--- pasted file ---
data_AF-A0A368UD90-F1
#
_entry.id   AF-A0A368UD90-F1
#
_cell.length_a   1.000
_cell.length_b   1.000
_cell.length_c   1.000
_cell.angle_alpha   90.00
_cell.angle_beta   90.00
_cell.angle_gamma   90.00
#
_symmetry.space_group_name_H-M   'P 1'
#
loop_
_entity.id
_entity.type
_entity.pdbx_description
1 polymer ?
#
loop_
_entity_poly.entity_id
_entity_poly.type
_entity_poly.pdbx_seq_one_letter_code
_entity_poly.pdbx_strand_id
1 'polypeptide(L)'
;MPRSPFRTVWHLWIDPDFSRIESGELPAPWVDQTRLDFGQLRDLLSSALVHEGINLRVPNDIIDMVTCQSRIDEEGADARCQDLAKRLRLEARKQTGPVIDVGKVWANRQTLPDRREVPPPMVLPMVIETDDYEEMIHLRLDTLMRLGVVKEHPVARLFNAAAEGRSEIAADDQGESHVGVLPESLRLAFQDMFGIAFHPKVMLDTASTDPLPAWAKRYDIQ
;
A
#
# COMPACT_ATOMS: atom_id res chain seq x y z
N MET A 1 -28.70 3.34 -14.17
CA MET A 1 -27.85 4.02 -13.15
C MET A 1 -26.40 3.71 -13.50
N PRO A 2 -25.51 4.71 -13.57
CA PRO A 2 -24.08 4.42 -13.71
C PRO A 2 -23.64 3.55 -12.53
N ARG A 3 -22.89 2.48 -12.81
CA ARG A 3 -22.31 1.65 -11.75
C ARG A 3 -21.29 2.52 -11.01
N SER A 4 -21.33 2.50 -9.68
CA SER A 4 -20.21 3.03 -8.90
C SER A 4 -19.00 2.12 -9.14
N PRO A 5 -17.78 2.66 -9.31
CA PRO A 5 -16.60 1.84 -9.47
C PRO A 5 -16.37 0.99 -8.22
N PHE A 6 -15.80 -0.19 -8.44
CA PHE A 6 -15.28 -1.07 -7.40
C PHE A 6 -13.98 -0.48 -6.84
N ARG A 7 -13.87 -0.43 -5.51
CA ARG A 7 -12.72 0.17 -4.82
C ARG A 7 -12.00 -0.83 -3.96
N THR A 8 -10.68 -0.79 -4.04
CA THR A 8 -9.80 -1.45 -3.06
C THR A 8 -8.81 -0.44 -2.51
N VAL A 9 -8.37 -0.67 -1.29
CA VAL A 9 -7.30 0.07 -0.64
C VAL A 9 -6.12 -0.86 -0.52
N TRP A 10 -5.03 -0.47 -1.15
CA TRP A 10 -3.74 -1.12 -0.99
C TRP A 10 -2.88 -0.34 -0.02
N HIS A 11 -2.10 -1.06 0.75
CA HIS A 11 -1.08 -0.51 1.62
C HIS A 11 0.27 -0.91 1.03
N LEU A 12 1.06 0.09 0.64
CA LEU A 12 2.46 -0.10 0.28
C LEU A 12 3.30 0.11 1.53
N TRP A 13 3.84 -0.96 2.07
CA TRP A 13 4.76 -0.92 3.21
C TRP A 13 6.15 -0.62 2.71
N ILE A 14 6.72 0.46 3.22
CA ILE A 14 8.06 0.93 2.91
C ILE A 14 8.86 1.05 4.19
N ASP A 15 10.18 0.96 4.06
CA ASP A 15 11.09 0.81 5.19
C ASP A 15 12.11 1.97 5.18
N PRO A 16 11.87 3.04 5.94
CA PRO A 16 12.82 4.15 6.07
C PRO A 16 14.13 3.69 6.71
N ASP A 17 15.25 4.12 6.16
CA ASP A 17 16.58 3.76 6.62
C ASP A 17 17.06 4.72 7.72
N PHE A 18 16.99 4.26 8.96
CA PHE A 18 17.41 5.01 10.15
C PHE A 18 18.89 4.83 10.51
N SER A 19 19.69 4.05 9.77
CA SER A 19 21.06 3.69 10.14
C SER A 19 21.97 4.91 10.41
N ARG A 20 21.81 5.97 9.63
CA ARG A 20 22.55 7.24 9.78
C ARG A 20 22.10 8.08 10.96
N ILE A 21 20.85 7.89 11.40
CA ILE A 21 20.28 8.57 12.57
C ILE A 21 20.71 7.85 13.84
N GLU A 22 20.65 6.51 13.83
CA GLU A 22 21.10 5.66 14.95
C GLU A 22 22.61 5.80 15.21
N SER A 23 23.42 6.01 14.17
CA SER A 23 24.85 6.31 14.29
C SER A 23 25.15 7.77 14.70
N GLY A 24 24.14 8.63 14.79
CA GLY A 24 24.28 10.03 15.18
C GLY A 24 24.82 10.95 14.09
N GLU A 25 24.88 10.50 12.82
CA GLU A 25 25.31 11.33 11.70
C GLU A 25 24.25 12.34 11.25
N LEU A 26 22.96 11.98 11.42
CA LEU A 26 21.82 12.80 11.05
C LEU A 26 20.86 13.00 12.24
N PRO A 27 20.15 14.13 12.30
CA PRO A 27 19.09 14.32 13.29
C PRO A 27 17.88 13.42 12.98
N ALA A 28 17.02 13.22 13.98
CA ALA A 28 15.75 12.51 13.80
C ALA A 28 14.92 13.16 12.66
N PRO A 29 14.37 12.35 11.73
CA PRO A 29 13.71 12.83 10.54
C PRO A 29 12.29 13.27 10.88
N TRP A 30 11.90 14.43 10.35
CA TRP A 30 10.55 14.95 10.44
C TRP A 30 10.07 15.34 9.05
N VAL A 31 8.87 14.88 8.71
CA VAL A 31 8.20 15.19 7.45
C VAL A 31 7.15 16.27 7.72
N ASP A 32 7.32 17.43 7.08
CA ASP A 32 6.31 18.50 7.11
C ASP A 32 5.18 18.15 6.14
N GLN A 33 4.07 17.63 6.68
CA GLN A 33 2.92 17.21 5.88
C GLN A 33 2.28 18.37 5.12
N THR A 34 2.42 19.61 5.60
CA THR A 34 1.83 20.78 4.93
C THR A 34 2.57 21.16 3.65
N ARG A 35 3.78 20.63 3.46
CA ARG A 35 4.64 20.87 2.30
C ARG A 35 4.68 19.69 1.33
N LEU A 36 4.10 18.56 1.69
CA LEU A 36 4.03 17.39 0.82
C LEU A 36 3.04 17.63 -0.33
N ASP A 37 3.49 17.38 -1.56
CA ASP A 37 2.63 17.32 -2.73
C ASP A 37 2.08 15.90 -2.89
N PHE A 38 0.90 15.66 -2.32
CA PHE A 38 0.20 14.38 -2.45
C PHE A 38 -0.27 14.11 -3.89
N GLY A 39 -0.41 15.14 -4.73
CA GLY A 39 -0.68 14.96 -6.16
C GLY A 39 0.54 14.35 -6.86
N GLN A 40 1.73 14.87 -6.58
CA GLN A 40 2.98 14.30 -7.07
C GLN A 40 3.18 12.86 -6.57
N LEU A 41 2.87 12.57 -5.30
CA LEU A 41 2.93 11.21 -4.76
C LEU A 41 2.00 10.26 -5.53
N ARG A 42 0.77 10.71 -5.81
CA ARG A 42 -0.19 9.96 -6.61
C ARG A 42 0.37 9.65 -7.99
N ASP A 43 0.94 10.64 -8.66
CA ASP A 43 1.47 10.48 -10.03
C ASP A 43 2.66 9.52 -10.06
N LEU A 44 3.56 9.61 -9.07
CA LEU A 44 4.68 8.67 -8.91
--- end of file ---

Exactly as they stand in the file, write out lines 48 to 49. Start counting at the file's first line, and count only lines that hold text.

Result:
C PHE A 6 -13.98 -0.48 -6.84
N ARG A 7 -13.87 -0.43 -5.51